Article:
China collecting DNA, biometrics from millions in Xinjiang: report

Chinese military police attend an anti-terrorist oath-taking rally in Xinjiang.

Story highlights

  • Authorities appear to building vast database of biometric and other information
  • Such collection may go against international human rights norms

Hong Kong (CNN)Authorities in China's far-west are collecting DNA samples, fingerprints, eye scans and blood types of millions of people aged 12 to 65, according to a new Human Rights Watch (HRW) report.

Xinjiang, the only Chinese territory apart from Tibet where ethnic Han Chinese are not in the majority, has long been subject to tight controls and surveillance not experienced elsewhere in China.
    In April, authorities banned the region's 10 million Muslims from wearing long beards or veils in public, as well as banning home schooling and introducing new restrictions on downloading allegedly extremist materials.
      Those new rules came on the heels of a series of steps to increase surveillance in the region that include the surrender of passports and mandatory GPS trackers in cars.
      "The mandatory databanking of a whole population's biodata, including DNA, is a gross violation of international human rights norms," Sophie Richardson, China director for HRW, said in a statement.
      The Ministry of Public Security and the Xinjiang Uyghur Autonomous Region government did not immediately respond to requests for comment.

        Data collection

        According to a document posted on a Xinjiang government website, the main goal of the new scheme "is to fully and accurately verify the real number of Xinjiang's population, to collect the images, fingerprints, iris scans, blood types, and DNA biometrics of those between the age of 12 and 65."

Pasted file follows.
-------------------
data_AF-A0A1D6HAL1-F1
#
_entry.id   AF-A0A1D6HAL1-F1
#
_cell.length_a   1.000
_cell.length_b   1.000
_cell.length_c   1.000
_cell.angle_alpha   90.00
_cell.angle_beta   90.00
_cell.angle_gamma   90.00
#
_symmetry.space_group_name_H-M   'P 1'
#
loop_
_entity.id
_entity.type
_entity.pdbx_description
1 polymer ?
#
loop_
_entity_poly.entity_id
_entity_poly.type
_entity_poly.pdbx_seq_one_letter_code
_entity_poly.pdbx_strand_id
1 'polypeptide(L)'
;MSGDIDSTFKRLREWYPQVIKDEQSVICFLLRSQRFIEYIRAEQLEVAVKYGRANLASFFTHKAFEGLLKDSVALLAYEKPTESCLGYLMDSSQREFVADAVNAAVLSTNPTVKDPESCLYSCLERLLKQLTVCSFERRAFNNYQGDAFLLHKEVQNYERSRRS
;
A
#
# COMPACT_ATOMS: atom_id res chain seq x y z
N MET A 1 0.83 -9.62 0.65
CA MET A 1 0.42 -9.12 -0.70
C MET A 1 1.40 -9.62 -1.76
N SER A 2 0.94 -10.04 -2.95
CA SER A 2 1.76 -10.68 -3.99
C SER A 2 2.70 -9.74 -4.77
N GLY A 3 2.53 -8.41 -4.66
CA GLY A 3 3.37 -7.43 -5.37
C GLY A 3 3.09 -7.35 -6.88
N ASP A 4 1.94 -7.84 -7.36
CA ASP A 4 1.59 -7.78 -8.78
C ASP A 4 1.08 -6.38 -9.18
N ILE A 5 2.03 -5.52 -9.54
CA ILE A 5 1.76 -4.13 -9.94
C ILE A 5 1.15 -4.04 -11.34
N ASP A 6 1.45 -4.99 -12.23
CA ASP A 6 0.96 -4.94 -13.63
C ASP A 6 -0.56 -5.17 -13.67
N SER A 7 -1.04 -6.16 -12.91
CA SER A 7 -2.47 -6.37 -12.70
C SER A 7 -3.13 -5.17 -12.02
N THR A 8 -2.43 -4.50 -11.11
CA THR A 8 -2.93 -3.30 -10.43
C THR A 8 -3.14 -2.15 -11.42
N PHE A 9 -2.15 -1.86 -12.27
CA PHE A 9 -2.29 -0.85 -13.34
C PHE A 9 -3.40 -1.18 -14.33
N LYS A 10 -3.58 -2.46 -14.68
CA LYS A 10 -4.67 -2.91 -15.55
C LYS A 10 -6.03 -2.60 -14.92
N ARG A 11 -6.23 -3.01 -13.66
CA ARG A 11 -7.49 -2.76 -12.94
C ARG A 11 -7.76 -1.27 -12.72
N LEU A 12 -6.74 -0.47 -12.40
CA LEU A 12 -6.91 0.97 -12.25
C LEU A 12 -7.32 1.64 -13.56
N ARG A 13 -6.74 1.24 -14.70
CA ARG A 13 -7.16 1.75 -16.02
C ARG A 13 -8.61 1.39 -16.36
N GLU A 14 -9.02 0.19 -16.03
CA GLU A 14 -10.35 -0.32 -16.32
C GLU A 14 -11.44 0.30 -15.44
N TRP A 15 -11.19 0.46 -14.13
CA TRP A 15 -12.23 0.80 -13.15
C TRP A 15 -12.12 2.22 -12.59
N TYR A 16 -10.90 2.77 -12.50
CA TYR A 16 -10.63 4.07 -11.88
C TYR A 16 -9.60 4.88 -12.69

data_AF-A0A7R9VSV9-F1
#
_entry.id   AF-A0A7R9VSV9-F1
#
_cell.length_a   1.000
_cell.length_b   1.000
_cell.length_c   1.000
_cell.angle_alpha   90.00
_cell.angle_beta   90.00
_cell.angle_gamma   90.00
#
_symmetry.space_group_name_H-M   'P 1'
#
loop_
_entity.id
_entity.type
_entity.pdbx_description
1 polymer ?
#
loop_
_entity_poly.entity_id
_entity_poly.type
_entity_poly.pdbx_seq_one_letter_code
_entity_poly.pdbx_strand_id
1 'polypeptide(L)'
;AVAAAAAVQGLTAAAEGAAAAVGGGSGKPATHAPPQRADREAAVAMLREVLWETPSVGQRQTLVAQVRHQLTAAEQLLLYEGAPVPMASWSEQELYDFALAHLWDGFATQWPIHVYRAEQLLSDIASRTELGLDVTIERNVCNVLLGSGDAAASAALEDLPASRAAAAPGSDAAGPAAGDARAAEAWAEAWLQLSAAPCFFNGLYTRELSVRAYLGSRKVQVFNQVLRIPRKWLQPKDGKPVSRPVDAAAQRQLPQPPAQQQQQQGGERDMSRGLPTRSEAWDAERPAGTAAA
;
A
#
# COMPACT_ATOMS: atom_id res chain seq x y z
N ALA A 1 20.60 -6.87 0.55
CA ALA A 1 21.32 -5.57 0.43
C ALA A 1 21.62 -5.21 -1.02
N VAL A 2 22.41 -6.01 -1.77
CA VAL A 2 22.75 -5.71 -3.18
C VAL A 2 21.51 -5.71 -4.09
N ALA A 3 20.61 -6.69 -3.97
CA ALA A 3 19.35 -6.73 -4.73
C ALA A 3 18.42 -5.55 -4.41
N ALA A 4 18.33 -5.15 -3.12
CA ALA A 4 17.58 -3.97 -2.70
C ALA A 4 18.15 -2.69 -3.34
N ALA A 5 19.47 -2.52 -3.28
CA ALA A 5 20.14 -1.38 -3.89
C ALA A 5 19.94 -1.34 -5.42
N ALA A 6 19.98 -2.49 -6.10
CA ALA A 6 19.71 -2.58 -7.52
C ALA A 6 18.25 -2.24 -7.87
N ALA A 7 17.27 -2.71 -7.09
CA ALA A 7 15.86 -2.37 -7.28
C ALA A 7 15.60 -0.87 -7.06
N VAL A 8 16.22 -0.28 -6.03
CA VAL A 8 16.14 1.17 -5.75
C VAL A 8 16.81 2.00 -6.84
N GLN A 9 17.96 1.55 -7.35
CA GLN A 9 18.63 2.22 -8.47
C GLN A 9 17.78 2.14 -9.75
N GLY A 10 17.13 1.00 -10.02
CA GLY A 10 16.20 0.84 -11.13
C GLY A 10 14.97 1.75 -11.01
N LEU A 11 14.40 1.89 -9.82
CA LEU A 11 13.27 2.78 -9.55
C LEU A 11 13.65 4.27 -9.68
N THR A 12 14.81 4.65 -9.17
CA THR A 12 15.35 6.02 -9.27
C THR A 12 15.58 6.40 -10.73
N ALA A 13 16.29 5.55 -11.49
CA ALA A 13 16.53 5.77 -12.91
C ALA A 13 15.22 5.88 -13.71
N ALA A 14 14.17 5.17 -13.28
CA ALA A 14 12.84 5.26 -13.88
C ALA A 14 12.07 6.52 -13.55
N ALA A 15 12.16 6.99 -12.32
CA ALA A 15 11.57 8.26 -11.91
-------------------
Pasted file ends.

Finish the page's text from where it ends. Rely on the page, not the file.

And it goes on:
That information is to be linked to residents' hukou, or household registration cards. The controversial registration system limits where people can access education, medical and housing benefits, essentially limiting many to the region where they were born.
        "Regulating the management of identification cards is the foundation to creating a basic population database, based on one's ID numbers, for the autonomous region," the government document said.
        Officials are instructed to "ensure that the hukou information for everyone in every household, in every village is completely verified in Xinjiang. No one is to be missed."
        Xinjiang is home to an estimated 21.8 million people according to 2010 census figures, though the true population could be much higher, owing to the number of migrant workers attracted to the region for work.
        According to the HRW report, the regulations went into effect in February and have been being rolled out across Xinjiang throughout the year. While part of the scheme is designed to improve access to healthcare, DNA and blood type data is to be provided to the police "for profiling," the guidelines said.
        Photo taken on February 27, 2017 shows Chinese military police getting off a plane to attend an anti-terrorist oath-taking rally in Hetian, Xinjiang.

        Discrimination and surveillance

        Xinjiang, a sparse predominately rural territory that accounts for almost one-sixth of China's land mass, is home to many minority ethnic groups, tho